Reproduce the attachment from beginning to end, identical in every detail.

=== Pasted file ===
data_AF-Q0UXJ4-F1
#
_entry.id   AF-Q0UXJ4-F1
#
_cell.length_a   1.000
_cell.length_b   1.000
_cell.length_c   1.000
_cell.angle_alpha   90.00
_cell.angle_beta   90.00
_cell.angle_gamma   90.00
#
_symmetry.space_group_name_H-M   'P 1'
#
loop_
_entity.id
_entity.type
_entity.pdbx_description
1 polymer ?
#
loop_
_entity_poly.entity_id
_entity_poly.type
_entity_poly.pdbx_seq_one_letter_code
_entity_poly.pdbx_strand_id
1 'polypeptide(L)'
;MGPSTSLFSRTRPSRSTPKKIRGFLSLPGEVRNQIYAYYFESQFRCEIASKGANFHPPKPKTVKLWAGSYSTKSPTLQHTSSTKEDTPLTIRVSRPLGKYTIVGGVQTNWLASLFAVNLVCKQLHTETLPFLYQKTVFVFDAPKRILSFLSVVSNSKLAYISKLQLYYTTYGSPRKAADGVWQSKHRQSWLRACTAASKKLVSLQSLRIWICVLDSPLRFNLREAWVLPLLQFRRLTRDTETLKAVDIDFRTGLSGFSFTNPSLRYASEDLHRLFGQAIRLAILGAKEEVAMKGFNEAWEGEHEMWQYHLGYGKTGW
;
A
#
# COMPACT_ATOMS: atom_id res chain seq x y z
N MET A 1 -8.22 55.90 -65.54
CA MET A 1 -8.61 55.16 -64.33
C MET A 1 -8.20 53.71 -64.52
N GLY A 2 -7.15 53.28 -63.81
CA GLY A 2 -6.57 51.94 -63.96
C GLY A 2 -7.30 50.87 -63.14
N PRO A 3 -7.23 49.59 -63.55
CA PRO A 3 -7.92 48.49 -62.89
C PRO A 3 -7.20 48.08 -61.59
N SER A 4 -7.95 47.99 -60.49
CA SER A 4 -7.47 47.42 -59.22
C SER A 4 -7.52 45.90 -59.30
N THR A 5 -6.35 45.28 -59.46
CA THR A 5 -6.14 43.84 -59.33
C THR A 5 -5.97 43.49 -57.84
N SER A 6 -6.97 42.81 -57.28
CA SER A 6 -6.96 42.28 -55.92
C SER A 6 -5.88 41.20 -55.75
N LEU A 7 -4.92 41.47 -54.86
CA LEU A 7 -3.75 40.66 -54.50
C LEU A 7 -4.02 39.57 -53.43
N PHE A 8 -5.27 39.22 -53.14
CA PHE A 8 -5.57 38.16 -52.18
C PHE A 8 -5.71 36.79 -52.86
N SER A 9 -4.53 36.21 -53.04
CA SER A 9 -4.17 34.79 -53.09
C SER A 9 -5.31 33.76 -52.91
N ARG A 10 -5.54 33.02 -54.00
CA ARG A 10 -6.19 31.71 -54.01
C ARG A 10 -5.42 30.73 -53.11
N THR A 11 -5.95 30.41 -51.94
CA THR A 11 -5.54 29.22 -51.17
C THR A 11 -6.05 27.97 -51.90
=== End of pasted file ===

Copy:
data_AF-Q0UXJ4-F1
#
_entry.id   AF-Q0UXJ4-F1
#
_cell.length_a   1.000
_cell.length_b   1.000
_cell.length_c   1.000
_cell.angle_alpha   90.00
_cell.angle_beta   90.00
_cell.angle_gamma   90.00
#
_symmetry.space_group_name_H-M   'P 1'
#
loop_
_entity.id
_entity.type
_entity.pdbx_description
1 polymer ?
#
loop_
_entity_poly.entity_id
_entity_poly.type
_entity_poly.pdbx_seq_one_letter_code
_entity_poly.pdbx_strand_id
1 'polypeptide(L)'
;MGPSTSLFSRTRPSRSTPKKIRGFLSLPGEVRNQIYAYYFESQFRCEIASKGANFHPPKPKTVKLWAGSYSTKSPTLQHTSSTKEDTPLTIRVSRPLGKYTIVGGVQTNWLASLFAVNLVCKQLHTETLPFLYQKTVFVFDAPKRILSFLSVVSNSKLAYISKLQLYYTTYGSPRKAADGVWQSKHRQSWLRACTAASKKLVSLQSLRIWICVLDSPLRFNLREAWVLPLLQFRRLTRDTETLKAVDIDFRTGLSGFSFTNPSLRYASEDLHRLFGQAIRLAILGAKEEVAMKGFNEAWEGEHEMWQYHLGYGKTGW
;
A
#
# COMPACT_ATOMS: atom_id res chain seq x y z
N MET A 1 -8.22 55.90 -65.54
CA MET A 1 -8.61 55.16 -64.33
C MET A 1 -8.20 53.71 -64.52
N GLY A 2 -7.15 53.28 -63.81
CA GLY A 2 -6.57 51.94 -63.96
C GLY A 2 -7.30 50.87 -63.14
N PRO A 3 -7.23 49.59 -63.55
CA PRO A 3 -7.92 48.49 -62.89
C PRO A 3 -7.20 48.08 -61.59
N SER A 4 -7.95 47.99 -60.49
CA SER A 4 -7.47 47.42 -59.22
C SER A 4 -7.52 45.90 -59.30
N THR A 5 -6.35 45.28 -59.46
CA THR A 5 -6.14 43.84 -59.33
C THR A 5 -5.97 43.49 -57.84
N SER A 6 -6.97 42.81 -57.28
CA SER A 6 -6.96 42.28 -55.92
C SER A 6 -5.88 41.20 -55.75
N LEU A 7 -4.92 41.47 -54.86
CA LEU A 7 -3.75 40.66 -54.50
C LEU A 7 -4.02 39.57 -53.43
N PHE A 8 -5.27 39.22 -53.14
CA PHE A 8 -5.57 38.16 -52.18
C PHE A 8 -5.71 36.79 -52.86
N SER A 9 -4.53 36.21 -53.04
CA SER A 9 -4.17 34.79 -53.09
C SER A 9 -5.31 33.76 -52.91
N ARG A 10 -5.54 33.02 -54.00
CA ARG A 10 -6.19 31.71 -54.01
C ARG A 10 -5.42 30.73 -53.11
N THR A 11 -5.95 30.41 -51.94
CA THR A 11 -5.54 29.22 -51.17
C THR A 11 -6.05 27.97 -51.90